On Election Day, Iraqis are supposed to choose a 275‐member Iraqi National Assembly. Now, roughly four months before the deadline, the country is experiencing some of the worst violence since the American invasion. Terrorist attacks average about 100 per day. The anti‐American insurgency is increasingly well‐organized and sophisticated, both spreading its terror and intensifying its attacks across the country.
American officials assumed that the unelected interim Iraqi government would write a new chapter in that country’s political history. However, the interim government has proven unpopular and illegitimate in the eyes of ordinary Iraqis. Members of the interim government are viewed, as were their predecessors in the failed Governing Council, as puppets of the Bush administration.
Violence and illegitimacy are compounded by demonstrated incompetence. In addition to widespread poverty and massive unemployment, political and bureaucratic corruption remains rampant.
The election schedule must confront the logistical fact that much of Iraq is lawless. Large sections of the country are beyond the control of the American military. Insurgents hold many of the cities and towns, such as Falluja and Ramadi, situated within the so‐called “Sunni triangle” northwest of Baghdad. The massive Sadr City section of Baghdad is controlled by Moqtada al‐Sadr, the radical Shiite cleric, and his Madhi Army. Sadr’s forces have also proven themselves capable of seizing and holding the centers of the largest southern Iraqi cities, such as Basra, Diwaniya and Amarra. Both south and west of the Iraqi capital, kidnappers and bandits beset vital major roads.
The security situation is so bad that the seven members of Iraq’s Independent Electoral Commission are unable to move freely around the country. Backed by a $320 million budget, the commission is responsible for the conduct of the upcoming election. However, for security reasons, the commission’s official business is confined to Baghdad’s high‐security Green Zone.
The commissioners are increasingly forced to abandon their bodyguards and travel incognito throughout Iraq as they try to hire some 36,000 election officials to operate the 9,000 polling stations required to conduct a free and fair national election. Beyond the overriding security concerns, the commissioners are faced with the short‐term problem of trying to register voters as part of an electorate that has never before participated in a democratic election and has never been included in a national census.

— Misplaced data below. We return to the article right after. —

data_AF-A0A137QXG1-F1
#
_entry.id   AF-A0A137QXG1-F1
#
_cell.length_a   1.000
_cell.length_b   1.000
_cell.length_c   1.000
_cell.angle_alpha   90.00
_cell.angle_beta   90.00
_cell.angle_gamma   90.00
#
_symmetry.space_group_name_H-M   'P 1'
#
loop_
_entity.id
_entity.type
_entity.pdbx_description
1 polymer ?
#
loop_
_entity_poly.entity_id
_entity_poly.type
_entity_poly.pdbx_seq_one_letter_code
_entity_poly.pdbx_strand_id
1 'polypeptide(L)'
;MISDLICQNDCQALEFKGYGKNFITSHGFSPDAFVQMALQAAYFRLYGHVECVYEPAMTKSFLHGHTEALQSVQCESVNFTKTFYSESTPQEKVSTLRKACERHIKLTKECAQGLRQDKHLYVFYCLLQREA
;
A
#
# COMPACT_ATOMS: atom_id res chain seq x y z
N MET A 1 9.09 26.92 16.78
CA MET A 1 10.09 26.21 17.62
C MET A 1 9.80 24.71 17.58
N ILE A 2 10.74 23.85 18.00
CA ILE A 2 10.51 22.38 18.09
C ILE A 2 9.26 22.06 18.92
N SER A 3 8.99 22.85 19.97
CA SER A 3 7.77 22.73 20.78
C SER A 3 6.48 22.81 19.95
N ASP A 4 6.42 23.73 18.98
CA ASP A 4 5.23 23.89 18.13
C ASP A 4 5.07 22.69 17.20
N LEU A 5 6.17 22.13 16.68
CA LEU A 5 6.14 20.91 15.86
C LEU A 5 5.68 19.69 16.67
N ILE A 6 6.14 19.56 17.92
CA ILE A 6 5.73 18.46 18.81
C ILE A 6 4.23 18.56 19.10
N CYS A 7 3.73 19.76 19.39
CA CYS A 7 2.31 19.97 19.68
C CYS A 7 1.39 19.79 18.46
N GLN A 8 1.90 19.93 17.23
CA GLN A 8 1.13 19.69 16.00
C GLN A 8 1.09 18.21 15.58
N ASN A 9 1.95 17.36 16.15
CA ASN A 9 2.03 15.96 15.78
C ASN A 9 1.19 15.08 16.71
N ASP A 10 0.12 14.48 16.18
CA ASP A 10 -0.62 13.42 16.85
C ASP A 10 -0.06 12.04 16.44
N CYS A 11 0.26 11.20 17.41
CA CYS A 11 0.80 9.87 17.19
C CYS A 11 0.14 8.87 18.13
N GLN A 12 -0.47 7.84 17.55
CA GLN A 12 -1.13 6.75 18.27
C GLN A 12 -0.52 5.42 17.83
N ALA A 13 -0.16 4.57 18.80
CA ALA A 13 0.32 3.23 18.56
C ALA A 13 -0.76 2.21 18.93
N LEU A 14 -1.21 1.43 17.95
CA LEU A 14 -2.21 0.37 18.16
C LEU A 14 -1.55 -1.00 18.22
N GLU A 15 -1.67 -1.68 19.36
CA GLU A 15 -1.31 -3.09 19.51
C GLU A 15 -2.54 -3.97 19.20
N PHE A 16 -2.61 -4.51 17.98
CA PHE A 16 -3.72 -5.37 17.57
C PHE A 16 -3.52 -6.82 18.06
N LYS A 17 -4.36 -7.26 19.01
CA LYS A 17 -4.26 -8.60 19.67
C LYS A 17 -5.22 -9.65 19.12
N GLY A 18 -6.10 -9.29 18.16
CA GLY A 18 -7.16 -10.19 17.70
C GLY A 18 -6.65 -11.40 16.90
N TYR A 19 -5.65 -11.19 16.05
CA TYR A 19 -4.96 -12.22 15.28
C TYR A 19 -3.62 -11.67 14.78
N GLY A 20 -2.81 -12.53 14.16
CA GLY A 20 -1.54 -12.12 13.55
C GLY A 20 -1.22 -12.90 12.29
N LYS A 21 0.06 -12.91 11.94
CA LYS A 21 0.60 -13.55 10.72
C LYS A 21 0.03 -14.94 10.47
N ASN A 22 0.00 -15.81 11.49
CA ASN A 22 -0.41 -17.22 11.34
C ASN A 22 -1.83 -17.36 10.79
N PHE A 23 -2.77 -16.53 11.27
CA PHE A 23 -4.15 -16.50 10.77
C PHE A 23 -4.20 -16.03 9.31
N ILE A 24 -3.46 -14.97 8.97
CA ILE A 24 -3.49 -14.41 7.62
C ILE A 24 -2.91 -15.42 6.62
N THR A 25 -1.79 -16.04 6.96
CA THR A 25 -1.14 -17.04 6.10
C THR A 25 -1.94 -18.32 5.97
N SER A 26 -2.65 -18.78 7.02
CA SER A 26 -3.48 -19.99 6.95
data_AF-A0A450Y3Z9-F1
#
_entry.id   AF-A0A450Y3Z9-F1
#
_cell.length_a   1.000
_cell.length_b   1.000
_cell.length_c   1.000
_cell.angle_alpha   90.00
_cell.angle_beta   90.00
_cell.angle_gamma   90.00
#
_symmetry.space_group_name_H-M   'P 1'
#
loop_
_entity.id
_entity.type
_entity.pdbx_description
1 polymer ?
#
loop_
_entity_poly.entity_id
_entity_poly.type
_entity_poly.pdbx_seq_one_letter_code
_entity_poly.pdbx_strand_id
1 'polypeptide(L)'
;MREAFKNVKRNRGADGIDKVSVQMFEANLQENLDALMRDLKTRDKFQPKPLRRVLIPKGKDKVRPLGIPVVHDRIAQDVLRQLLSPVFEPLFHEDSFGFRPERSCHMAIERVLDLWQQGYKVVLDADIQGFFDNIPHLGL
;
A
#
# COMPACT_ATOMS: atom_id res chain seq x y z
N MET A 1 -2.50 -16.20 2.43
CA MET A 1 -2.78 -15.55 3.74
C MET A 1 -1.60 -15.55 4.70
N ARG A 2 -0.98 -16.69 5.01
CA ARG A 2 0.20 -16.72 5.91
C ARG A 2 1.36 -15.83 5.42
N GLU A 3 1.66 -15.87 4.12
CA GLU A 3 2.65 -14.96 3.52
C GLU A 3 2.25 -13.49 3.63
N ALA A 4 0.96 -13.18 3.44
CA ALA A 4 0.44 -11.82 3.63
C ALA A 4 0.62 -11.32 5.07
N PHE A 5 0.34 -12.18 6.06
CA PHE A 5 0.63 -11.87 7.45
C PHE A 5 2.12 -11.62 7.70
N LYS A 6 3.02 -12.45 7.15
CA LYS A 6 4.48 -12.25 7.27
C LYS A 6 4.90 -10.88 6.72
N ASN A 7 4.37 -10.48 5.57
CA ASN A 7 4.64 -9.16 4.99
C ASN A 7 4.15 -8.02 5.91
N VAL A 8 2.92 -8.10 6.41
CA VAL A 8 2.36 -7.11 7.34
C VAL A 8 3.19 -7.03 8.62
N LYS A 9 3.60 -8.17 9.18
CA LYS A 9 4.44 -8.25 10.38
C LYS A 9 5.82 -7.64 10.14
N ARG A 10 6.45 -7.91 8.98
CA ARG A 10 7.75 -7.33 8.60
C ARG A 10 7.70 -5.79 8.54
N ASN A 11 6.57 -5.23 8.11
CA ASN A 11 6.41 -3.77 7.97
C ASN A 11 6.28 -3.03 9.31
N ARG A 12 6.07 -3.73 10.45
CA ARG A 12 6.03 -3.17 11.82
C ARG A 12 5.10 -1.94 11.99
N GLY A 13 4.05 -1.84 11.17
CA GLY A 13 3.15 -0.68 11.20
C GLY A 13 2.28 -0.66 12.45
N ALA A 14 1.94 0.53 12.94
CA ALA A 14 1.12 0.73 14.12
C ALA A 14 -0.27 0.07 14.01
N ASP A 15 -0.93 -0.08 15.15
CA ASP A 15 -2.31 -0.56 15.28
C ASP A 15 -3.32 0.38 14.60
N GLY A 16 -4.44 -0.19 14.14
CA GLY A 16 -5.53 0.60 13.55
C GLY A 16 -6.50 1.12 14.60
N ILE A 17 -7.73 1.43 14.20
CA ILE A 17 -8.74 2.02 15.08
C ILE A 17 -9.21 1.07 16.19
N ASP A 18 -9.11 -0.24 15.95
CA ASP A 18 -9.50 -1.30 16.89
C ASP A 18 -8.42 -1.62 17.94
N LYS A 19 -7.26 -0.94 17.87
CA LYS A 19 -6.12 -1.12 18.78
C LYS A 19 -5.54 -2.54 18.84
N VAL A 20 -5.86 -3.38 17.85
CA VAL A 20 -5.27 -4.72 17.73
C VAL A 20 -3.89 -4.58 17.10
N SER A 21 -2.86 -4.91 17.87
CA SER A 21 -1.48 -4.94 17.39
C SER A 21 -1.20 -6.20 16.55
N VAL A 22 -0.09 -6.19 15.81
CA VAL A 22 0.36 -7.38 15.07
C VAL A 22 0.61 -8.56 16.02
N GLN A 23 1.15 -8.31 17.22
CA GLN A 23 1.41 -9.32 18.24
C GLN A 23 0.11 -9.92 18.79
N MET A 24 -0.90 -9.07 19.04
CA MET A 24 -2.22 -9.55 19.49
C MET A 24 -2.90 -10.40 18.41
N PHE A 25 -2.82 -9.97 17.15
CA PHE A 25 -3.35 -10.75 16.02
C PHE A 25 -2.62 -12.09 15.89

Independent observers on the ground consider it increasingly unrealistic to attempt to hold elections in such an inhospitable climate. Nevertheless, government officials insist that elections will take place on schedule. Allawi has suggested that elections could be “delayed” in Fallujah and other hostile centers without invalidating the overall outcome. Under that scenario, a significant portion of the Iraqi electorate would be immediately disenfranchised.
However, according to Allawi, Fallujah’s residents could take part in elections “after we liberate them from terrorists.” But the liberation of Fallujah from those guilty of terrorist acts and terrorist sympathies will require the removal of most Fallujans. A genuinely democratic vote would result in an overwhelming endorsement of those cloaked in Baathist‐friendly colors.
Pessimistic Iraqis, especially the minority Sunni, already see little light at the end of the democratic tunnel. Today, public opinion surveys reveal that a majority of Sunnis support the insurgents. Without any political representation, Sunni pessimism will turn into rage that will be directed violently at Iraq’s nascent democratic institutions and actors.
No amount of wishful thinking in either Baghdad or Washington will erase the unpleasant reality that division, fear and hatred distinguish contemporary Iraqi politics. If Iraq’s first election is a partial one, the country’s new democracy will be politically stillborn. That would represent an insufficient return on so costly an investment.